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A person’s ability to recognize emotional content on other people’s face is linked to blood pressure. If you have high blood pressure you can’t read faces. It’s a condition referred to as “emotional dampening” and is a characteristic of hypertension and risk for coronary disease, and emotion regulation such as bipolar disorders and depression.
According to a new study by Clemson University psychology professor James A. McCubbin and his colleagues, people with higher blood pressure have reduced ability to recognize angry, fearful, sad and happy faces and are also compromised when trying to interpret the emotion in text.
“It’s like living in a world of email without smiley faces,” McCubbin said. “We put smiley faces in emails to show when we are just kidding. Otherwise some people may misinterpret our humor and get angry. McCubbin terms the phenomenon as “emotional dampening” and the effect may cause people to react inappropriately to others because they are misinterpreting or not interpreting at all the signals on the face which imbue statements with meaning.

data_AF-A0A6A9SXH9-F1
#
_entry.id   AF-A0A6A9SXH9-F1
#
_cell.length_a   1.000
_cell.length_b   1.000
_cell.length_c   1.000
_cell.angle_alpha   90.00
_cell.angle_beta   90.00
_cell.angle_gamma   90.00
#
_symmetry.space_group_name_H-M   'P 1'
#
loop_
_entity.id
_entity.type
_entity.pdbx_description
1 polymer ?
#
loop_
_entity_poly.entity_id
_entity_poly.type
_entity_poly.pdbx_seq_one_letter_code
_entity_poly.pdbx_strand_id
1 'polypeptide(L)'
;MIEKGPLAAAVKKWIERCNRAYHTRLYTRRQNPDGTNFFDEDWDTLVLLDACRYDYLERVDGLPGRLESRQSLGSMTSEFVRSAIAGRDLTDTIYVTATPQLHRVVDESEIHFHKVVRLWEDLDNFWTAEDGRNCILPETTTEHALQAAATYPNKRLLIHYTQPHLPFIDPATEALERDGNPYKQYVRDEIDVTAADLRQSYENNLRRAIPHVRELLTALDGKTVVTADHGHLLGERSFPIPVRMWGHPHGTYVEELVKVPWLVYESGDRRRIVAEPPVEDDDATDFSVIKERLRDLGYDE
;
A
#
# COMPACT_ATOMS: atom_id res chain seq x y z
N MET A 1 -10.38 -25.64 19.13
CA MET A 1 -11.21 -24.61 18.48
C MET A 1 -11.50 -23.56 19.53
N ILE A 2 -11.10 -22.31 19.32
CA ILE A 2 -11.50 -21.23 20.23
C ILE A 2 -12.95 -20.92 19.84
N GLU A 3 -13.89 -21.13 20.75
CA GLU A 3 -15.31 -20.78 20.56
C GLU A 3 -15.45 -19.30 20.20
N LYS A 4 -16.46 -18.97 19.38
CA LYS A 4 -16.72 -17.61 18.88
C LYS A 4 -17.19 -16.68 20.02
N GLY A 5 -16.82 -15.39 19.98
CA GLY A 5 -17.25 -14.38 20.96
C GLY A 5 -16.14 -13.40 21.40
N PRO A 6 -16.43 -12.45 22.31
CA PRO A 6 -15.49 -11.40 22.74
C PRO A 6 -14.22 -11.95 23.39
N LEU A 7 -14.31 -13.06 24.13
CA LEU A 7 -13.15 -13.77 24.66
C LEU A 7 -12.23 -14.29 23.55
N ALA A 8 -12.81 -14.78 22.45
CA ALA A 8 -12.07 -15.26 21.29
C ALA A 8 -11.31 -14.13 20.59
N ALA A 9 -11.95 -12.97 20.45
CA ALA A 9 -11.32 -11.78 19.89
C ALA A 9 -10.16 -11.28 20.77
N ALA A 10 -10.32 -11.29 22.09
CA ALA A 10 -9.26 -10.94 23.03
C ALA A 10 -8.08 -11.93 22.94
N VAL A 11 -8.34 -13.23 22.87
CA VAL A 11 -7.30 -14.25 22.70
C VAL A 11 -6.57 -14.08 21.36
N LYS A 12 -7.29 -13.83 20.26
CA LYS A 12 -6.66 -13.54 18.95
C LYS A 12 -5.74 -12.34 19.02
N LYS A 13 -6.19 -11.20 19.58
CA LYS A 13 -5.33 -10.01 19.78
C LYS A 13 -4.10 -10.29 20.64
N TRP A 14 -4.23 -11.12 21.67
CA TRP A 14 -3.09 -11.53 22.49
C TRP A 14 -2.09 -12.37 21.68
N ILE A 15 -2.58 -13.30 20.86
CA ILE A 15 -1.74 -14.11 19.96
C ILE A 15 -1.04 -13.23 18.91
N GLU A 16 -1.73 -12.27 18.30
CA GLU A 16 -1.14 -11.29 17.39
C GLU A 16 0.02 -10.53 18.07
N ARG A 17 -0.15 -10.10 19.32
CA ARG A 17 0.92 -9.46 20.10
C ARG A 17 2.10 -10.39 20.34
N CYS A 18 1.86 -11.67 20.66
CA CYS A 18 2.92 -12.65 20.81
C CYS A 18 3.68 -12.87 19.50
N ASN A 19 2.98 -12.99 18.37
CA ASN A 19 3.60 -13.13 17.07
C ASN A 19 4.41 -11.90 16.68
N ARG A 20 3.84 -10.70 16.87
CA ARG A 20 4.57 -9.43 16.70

“For example, if your work supervisor is angry, you may mistakenly believe that he or she is just kidding,” McCubbin said. “This can lead to miscommunication, poor job performance and increased psychosocial distress.” Also early termination. Especially in complex social situations, like at the work place, people must be able to interpret faces and gestures in order to accomplish tasks and work in teams or departments.
“If you have emotional dampening, you may distrust others because you cannot read emotional meaning in their face or their verbal communications. You may even take more risks because you cannot fully appraise threats in the environment.” The condition can prevent people from developing close relationships, enjoying social situations and understanding human nuance.
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